Be bear aware in the Boundary Waters
There’s still time to paddle and camp in the Boundary Waters this fall. Just keep in mind bears are looking to fatten up before they hibernate for winter. When camping in the wilderness remember bears are capable of swimming to islands, climbing trees and reaching food packs that aren’t hung far enough away from trees- as one of our guests learned on their recent canoe trip.
The Superior National Forest has some advice for people in regard to black bears.
|Superior National Forest managers urge visitors to be Bear-Aware|
Duluth, Minn., – September 8, 2023 – Superior National Forest managers urge the public to learn and practice Bear Aware principles for the protection of both visitors and bears. The following areas on the Forest are seeing an increase in bear-human conflict reports:
Gunflint–Grand Marais area Clearwater Lake, Rose Lake, Duncan Lake, Alder Lake, Moon Lake, Caribou Lake
LaCroix–Cook area Agnus Lake
This year has been a banner year for natural bear forage across the State of Minnesota – berries and acorns in particular have been abundant. Thus, bear-human conflict has been much lower than usual statewide. However, a number of the recent incidents in the Boundary Waters Canoe Area Wilderness on the Superior National Forest have been linked to improper food storage.
Superior National Forest Wildlife Biologist, Cheron Ferland, points out that “once a bear is ‘rewarded’ with human food or garbage, it is likely to become habituated and continue the behavior, which could ultimately lead to the bear being dispatched.”
There are several things that people can do to reduce the potential for unwanted bear encounters like the recent instances reported across the Forest.
Especially when camping, ALL food, cooking equipment, and garbage should be stored out of reach of bears or in a certified bear-resistant container. Be aware that bears may also find anything with a strong or sweet odor attractive such as toothpaste, lip balm, scented personal products, sunscreen, clothing with food odor, etc. A bear can smell food wrappers inside a tent. A clean campsite is much less likely to catch the attention of bears in the area. Bears are excellent swimmers; so, precautions must be taken on island sites as well.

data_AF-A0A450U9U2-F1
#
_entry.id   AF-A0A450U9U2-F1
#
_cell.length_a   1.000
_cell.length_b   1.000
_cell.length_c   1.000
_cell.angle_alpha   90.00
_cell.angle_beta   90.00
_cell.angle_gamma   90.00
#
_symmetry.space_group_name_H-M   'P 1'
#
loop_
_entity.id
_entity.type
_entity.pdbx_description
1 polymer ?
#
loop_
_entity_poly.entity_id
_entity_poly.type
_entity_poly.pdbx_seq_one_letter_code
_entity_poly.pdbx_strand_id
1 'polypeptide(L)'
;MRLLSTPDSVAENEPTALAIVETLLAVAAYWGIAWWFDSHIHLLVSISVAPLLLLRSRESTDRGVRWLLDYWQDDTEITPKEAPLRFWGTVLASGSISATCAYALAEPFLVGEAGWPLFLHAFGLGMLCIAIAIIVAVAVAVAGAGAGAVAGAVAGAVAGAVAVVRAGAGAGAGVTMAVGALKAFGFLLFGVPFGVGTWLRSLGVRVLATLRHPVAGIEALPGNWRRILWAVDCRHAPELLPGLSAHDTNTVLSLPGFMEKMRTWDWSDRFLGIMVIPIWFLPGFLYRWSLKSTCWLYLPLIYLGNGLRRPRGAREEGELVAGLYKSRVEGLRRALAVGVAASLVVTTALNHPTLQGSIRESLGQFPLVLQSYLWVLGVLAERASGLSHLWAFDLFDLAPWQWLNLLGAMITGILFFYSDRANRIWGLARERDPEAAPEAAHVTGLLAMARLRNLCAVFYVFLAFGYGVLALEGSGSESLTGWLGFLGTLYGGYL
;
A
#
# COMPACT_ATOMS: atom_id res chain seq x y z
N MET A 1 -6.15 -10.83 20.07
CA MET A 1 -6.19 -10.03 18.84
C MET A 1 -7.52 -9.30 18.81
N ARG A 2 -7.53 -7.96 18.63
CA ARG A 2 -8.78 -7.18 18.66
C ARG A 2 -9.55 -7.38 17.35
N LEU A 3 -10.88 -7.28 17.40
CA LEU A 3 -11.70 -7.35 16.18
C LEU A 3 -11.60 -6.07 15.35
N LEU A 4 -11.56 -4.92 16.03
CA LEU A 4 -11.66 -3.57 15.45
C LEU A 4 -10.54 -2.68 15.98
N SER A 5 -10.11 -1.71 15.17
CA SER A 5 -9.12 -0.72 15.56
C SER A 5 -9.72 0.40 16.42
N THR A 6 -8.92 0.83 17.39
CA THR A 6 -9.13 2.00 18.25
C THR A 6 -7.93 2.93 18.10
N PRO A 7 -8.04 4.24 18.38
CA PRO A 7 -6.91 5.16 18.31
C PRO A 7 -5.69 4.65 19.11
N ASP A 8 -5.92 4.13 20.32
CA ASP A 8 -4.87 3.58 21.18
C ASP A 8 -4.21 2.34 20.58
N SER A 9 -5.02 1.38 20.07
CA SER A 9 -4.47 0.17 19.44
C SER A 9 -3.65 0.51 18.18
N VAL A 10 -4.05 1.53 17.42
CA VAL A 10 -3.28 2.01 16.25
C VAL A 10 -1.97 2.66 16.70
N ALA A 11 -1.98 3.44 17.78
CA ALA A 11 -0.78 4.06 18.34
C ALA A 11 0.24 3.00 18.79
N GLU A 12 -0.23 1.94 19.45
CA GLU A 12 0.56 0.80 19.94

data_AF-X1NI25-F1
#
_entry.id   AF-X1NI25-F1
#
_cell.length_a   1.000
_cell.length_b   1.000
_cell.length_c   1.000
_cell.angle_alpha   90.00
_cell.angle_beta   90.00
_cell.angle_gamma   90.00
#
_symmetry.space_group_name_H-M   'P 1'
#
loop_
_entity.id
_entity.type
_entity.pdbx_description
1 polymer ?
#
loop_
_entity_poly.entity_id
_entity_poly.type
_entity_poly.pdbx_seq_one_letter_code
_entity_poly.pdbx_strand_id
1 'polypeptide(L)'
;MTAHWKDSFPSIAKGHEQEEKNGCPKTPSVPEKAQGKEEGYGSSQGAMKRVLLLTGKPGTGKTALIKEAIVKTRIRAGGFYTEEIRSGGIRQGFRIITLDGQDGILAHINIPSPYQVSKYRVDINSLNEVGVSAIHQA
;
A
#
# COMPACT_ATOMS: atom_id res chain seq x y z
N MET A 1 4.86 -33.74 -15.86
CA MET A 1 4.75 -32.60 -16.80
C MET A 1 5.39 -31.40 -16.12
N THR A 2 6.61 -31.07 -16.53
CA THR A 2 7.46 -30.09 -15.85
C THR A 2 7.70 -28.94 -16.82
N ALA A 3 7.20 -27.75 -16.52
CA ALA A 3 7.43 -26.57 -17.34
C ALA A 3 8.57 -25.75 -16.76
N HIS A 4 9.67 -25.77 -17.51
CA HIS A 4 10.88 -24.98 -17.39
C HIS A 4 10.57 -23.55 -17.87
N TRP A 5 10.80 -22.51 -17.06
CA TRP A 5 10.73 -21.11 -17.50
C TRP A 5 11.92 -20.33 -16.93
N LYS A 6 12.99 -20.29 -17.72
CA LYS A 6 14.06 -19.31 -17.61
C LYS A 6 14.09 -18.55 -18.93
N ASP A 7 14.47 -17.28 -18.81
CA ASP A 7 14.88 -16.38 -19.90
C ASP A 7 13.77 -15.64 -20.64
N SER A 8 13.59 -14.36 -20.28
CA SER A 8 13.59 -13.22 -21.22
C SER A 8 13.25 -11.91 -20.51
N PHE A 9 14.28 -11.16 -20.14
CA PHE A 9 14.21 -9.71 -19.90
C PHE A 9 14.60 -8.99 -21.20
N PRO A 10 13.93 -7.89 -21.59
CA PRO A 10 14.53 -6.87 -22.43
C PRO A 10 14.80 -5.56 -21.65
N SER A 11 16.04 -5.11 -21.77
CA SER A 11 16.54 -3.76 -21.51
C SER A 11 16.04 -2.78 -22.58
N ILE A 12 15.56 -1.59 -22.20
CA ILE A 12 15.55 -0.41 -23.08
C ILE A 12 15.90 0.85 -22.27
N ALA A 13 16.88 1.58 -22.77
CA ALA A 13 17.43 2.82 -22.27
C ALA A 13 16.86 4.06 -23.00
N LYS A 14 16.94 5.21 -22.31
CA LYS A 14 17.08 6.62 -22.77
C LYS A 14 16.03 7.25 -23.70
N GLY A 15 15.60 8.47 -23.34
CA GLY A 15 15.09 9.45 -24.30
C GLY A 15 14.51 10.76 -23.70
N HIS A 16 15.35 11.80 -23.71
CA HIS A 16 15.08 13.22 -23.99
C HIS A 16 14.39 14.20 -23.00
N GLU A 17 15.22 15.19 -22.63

Help protect yourself; learn and practice these important precautions:
After each meal, the dishes should be washed immediately at least 200 feet away from the sleeping area and water source. Consider a small collapsible pail to help carry water. Keep camp stoves away from the tent area.
Toiletries, food and garbage should be placed in a CERTIFIED bear-resistant container. The Interagency Grizzly Bear Committee (IGBC) has a certified list of products (https://igbconline.org/programs/bear-resistant-products/). “Blue barrels” have been proven to NOT be bear resistant and are NOT on the certified list. Additionally, it is best to suspend the food container out of reach by hanging it from a high line between two trees. The container should be located at least twelve feet above ground and at least six feet from the trees on either side. Protect the trees in the process with wide flat straps.
If in a dispersed site or developed campground, it is best to store these items in a hard-sided vehicle.
Do not count on a cooler to protect your food, unless it is on the IGBC Certified Bear Resistant Products List (see link above). Most coolers are not bear-resistant containers, but some can be modified for bear resistance (see link above). Bears can smell bottled beverages and food in plastic coolers from a few miles away. Once a bear is rewarded with food or something sweet in one cooler or tent, it learns to bite and tear into other tents and coolers.
Dispose of fish remains by traveling at least 200 feet away from campsites, trails, portages and shorelines.
Avoid leaving food unguarded at the canoe/boat landing or at the end of a portage. If it is not in a bear-resistant container, it is an easy target and can train a bear to frequent high-use areas. Remember, bears swim from island to island.
If you do encounter a bear, most will be scared off if you make noise (shout, bang pots or throw fist-sized rocks at the bear, etc.). A very persistent bear may be discouraged by spraying pepper spray into its eyes.
For more information on hanging equipment techniques and precautions visit the Superior National Forest Bear Awareness Website at: Camping and Picnicking in Bear Country
Local residents in bear country must also be bear aware, especially those that live next to public land. Keep pet food secured in the house, remove bird feeders at night, and store garbage in a building or bear resistant trash containers. Once a bear learns that human food is easily accessible, the bear will elevate its efforts to get it; putting people and bears at risk. Once a bear has been “rewarded” by human food/garbage, it will likely continue to seek it out, so prevention is key. Often these bears must then be destroyed due to human negligence.
To learn more about safe living and camping or hiking in bear country, check out: http://www.bebearaware.org/
For more information on certified bear resistant products and bear safety tips visit the Interagency Grizzly Bear Committee website at: Interagency Grizzly Bear Committee (IGBC) – ID, MT, WY, WA (igbconline.org)